When Brian Papke talks about manufacturing in North America, his speech is a mixture of buoyant optimism and more than a hint of frustration.
"The public suffers from a misconception that all manufacturing has gone offshore," says Papke, president of machine-tool builder Mazak Corp., who charges that the media, politicians and educational institutions have all fostered that misperception. "It is really hard to get out the true story of what is going on."
So what is the true story? Papke says U.S. manufacturing is producing one-fifth of the world's goods and has registered 26 straight months of growth, according to the Institute for Supply Management. His customers, small and large, cutting across a wide swath of industries, are busy and would be even busier if they could get all the skilled workers they need. Both domestic companies and foreign firms want to invest in this country, he says, but they need to see government provide a "framework that is conducive to manufacturing to drive work into the U.S."
Papke recently spoke at one of the roundtables being held by the White House Business Council on U.S. manufacturing. I asked him what his message was to the political establishment. He said while the manufacturing of many commodity items is not coming back to the United States, that doesn't mean that all manufacturing here is dead. Instead, he noted, there is a bright future for making precision equipment in the United States. He said companies that need critical parts in a just-in-time environment would be foolish to have them shipped from overseas when they can be delivered by a domestic manufacturer. He noted that factors such as rising fuel and shipping costs, better protection of intellectual-property rights and a drop in the value of the dollar make domestic manufacturing more attractive.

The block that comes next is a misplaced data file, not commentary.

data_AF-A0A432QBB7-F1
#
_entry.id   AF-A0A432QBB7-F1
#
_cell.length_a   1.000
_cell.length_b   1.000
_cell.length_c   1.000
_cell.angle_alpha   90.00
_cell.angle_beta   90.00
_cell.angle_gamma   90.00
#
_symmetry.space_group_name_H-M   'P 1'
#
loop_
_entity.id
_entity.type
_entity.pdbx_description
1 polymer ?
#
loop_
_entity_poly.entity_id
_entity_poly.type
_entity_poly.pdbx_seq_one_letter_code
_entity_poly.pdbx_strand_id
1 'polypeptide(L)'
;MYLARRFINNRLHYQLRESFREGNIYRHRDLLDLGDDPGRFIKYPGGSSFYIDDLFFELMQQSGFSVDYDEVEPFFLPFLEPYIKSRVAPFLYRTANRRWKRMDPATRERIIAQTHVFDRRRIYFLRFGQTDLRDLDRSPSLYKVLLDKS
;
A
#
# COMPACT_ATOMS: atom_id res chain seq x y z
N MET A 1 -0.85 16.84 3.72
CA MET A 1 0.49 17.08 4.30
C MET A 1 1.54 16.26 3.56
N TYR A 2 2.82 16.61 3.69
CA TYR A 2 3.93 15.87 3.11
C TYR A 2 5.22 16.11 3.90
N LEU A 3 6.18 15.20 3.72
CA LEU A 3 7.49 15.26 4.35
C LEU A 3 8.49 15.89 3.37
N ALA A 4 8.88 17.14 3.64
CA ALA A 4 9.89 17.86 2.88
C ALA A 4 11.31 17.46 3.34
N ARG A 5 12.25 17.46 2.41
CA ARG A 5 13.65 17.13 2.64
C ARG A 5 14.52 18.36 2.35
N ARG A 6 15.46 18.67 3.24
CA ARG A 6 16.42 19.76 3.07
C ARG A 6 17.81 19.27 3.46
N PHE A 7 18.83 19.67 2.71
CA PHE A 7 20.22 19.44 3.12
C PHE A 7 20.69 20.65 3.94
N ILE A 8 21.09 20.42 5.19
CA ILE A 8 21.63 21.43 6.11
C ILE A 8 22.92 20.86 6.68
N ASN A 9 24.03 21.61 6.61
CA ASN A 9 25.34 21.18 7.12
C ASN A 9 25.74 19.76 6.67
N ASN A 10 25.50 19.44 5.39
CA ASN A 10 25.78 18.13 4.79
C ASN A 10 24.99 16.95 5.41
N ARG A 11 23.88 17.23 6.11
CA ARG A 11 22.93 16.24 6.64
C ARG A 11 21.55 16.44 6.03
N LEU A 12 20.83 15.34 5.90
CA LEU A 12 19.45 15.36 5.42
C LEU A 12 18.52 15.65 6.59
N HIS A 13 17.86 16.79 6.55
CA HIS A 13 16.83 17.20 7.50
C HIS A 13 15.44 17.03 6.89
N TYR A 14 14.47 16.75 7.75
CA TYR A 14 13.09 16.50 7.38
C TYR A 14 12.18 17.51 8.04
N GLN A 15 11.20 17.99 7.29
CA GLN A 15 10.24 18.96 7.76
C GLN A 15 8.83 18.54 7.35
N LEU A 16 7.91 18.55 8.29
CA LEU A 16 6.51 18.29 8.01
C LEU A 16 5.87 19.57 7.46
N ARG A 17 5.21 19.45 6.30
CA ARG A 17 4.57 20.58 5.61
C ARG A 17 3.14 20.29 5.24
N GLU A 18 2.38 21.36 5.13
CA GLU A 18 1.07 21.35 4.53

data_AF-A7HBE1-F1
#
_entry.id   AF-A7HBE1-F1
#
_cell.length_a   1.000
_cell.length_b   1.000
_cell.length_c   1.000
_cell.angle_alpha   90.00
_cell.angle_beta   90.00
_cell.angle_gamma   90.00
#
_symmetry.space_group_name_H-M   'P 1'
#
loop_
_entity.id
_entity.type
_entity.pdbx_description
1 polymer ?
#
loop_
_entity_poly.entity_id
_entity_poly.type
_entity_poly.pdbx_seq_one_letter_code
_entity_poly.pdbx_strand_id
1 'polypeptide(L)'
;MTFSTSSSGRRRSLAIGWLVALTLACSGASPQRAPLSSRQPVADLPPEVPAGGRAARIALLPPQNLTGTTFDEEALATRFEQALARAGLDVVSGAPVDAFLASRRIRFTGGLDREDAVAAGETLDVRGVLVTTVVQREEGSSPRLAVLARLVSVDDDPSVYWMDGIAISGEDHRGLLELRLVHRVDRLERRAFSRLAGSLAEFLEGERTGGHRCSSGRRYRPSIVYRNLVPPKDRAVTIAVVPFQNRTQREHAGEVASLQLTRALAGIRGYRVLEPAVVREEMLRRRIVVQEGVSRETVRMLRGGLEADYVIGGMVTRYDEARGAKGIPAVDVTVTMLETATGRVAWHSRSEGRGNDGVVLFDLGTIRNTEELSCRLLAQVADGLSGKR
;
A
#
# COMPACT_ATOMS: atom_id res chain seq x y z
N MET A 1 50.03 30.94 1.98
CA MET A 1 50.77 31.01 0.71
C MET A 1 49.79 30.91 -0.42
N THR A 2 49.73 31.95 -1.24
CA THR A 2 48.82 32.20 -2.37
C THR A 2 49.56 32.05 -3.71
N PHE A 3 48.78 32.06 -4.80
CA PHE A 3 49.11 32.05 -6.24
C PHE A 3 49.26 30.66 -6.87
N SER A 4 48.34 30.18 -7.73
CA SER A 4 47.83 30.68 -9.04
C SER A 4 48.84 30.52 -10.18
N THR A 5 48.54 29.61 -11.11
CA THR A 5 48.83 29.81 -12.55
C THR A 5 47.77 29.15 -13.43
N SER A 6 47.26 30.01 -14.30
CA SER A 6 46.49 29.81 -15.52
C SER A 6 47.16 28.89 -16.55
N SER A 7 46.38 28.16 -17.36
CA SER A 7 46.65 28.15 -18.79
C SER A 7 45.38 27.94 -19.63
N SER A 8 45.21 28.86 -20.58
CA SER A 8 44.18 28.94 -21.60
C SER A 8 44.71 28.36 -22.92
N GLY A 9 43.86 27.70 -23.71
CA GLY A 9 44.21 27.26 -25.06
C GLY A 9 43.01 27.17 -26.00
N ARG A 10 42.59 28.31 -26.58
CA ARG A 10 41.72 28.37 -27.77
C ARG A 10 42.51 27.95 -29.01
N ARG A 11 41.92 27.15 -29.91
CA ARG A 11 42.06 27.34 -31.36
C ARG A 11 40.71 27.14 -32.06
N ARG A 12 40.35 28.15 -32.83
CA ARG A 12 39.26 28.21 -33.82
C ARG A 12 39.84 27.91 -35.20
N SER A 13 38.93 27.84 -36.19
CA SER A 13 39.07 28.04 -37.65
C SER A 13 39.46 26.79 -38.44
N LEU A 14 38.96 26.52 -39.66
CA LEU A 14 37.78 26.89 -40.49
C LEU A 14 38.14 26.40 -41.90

To help U.S. manufacturers, Papke reasons, Washington needs to provide them with a long-term, predictable "framework" for growth. He hears pro-manufacturing rhetoric from the Obama administration but then sees actions by agencies such as the National Labor Relations Board and EPA that send a very different message to employers.
Manufacturers also need to do their part, Papke notes. He said in the past, industry leaders got together and the conversation turned to "what are you doing in China." Now, he believes, the paradigm is changing and the focus will be on "how are you making it work in the U.S."
Papke cites Mazak as an example of a manufacturer that is flourishing in the United States. Over the past 30 years, the Japanese-owned company has expanded 15 times in the United States. In 2009, the company added 50,000 square feet to its Florence, Ky., plant and invested $13 million. In the past 18 months, Mazak has hired 275 people. Last month, Mazak announced it was exporting machines to China, Brazil and other countries.The company recently reinstituted an apprenticeship program in an effort to attract skilled workers. Papke told me sales for 2011 were up about 90%. "July was the biggest month in our history," he reports.
Improving Manufacturing Productivity
Of course, one reason Mazak is prospering is because its products help improve manufacturing productivity. He cites Mazak machines that cover five levels of multitasking, from smaller, simpler machines to complex five-axis machining centers. "If you can describe the geometry of a part and we can partner with the tooling and accessories people, you can pretty much create any part shape you can imagine," he says. As a result, machines can be built with fewer but more complex parts. This evolution of technology illustrates one of Papke's other points about manufacturing misperceptions. Increasingly, it is a high-technology business.
Papke is no isolationist. He works for a Japanese-owned firm and extols the cross-cultural influences that he believes have led to a "unique multinational culture" within the company. He also has no problem with investing in China or other countries in order to service those domestic markets. But he believes with the right encouragement, manufacturing can grow significantly in the U.S. His advice: "We need to get this out of the campaigning agenda and make it real."